21 Songs Released in 1980 You Must Hear

My rules:

  • Only one song per artist/group
  • The song must be released that specific year
  • Songs from live albums not allowed
  • Restricted to only 20 songs

A lot of wonderful music was released in 1980, here are my 20 chosen songs.

  • Summertime in England – Van Morrison

    The longest & best song on Van Morrison’s 1980 album, Common One. Although the album on which the song appeared was not critically or commercially successful, the song would be performed by Morrison in concert for almost two and one-half decades, taking on new meaning when performed live. A truncated version of the song with an early fade-out was also released as the B-side of the 1983 single “Cry for Home”.

    Can you meet me in the country
    In the summertime in England
    Will you meet me?
    Will you meet me in the country
    In the summertime in England
    Will you meet me?
    We’ll go riding up to Kendal in the country
    In the summertime in England.
    Did you ever hear about
    Did you ever hear about
    Did you ever hear about
    Wordsworth and Coleridge, baby?
    Did you ever hear about Wordsworth and Coleridge?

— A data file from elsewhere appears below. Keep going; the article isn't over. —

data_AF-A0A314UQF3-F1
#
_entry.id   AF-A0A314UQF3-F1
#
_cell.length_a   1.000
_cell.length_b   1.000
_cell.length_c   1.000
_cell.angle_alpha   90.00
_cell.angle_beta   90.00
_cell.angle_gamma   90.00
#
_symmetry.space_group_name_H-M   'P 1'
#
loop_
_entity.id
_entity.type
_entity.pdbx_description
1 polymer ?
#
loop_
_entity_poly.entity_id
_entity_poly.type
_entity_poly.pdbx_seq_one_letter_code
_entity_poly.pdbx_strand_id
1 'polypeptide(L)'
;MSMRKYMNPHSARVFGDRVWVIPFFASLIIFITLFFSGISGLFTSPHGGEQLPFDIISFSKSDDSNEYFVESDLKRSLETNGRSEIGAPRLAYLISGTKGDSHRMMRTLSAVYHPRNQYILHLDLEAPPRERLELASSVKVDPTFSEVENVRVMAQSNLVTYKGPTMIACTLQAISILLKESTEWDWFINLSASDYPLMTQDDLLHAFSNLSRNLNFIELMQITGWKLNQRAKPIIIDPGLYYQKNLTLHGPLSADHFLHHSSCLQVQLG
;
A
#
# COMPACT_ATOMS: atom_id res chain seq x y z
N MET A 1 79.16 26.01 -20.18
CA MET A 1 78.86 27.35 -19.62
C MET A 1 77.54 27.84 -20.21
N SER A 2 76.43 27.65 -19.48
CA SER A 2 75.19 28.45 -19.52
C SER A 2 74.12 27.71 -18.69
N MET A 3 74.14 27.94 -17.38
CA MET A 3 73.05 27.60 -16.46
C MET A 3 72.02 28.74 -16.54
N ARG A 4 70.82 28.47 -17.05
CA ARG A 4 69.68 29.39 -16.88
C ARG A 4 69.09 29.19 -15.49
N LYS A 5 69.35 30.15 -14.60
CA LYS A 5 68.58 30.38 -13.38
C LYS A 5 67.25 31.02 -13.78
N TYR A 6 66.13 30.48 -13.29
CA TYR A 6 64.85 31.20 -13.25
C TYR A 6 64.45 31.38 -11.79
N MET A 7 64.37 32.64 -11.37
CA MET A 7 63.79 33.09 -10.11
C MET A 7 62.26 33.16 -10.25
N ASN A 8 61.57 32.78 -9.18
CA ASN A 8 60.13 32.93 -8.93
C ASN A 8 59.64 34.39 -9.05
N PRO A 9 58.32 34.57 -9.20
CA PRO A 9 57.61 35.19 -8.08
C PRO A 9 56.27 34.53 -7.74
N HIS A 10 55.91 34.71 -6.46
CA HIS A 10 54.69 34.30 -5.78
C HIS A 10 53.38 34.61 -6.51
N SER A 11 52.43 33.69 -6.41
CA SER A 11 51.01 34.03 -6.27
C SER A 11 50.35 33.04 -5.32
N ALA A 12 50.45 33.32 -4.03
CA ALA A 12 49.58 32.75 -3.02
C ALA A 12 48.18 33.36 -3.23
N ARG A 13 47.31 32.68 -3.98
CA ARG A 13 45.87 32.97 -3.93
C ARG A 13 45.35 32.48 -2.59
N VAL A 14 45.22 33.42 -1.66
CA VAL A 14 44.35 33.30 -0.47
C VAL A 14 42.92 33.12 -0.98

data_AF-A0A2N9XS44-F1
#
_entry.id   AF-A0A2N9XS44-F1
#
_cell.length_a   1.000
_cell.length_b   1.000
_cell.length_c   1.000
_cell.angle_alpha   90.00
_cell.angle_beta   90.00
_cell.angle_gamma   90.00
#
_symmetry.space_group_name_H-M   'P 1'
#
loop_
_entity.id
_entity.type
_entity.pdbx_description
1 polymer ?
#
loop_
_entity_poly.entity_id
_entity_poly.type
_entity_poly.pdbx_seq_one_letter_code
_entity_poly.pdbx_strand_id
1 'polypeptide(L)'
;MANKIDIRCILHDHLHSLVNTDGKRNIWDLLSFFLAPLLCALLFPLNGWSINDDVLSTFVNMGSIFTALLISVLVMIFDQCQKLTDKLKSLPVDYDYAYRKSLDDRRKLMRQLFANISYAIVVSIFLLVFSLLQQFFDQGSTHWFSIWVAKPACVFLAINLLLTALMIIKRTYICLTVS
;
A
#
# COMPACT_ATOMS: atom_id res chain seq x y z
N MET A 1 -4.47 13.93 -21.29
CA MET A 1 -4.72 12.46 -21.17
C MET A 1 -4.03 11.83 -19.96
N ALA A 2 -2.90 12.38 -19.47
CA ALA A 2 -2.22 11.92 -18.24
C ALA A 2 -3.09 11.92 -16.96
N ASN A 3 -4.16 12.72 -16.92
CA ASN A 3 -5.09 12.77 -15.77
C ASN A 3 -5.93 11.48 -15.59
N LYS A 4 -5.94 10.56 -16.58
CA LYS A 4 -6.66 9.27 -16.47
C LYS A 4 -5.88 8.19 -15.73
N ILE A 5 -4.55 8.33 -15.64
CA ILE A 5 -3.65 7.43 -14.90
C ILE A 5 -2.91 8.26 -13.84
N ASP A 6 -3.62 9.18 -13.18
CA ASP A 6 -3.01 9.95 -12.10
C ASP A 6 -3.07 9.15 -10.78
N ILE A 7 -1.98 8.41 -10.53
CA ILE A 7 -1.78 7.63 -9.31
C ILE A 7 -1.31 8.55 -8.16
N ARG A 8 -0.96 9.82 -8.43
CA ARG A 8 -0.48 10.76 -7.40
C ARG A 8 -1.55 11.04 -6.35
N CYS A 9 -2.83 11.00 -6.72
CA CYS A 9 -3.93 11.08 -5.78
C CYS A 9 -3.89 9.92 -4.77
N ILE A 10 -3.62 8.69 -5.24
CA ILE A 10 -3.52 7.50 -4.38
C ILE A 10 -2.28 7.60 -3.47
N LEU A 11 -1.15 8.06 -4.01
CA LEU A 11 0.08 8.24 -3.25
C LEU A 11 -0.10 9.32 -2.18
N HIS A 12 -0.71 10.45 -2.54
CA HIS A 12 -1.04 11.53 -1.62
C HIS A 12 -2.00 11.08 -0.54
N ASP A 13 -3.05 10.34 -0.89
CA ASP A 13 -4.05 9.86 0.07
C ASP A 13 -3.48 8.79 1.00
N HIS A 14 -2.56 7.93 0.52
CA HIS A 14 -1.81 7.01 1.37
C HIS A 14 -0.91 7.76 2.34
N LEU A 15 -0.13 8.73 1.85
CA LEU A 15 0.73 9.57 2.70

They were smokin’ up in Kendal
    By the lakeside


    Spotify:


    Live 1981:


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1971: 30 Songs Released in 1971 You Must Hear





My rules:

  • Only one song per artist/group
  • The song must be released that specific year
  • Songs from live albums not allowed
  • Restricted to only 20 songs

Heaps of wonderful music was released in 1971, here are my 30 chosen songs.

    • Wild Horses – The Rolling Stones

      A song by The Rolling Stones from their 1971 album Sticky Fingers, written by Mick Jagger and Keith Richards. Rolling Stone ranked it at No. 334 in its “500 Greatest Songs of All Time” list in 2004.

      Childhood living is easy to do
      The things you wanted I bought them for you
      Graceless lady you know who I am
      You know I can’t let you slide through my hands




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1965: 20 Songs Released in 1965 You Must Hear






The Year 1965 summary

  • The first US combat troops arrive in Vietnam. By the end of the year, 190,000 American soldiers are in Vietnam.
  • Rhodesia unilaterally declares its independence from Britain
  • Rev. Dr. Martin Luther King, Jr., and more than 2,600 others arrested in Selma, Ala., during demonstrations against voter-registration rules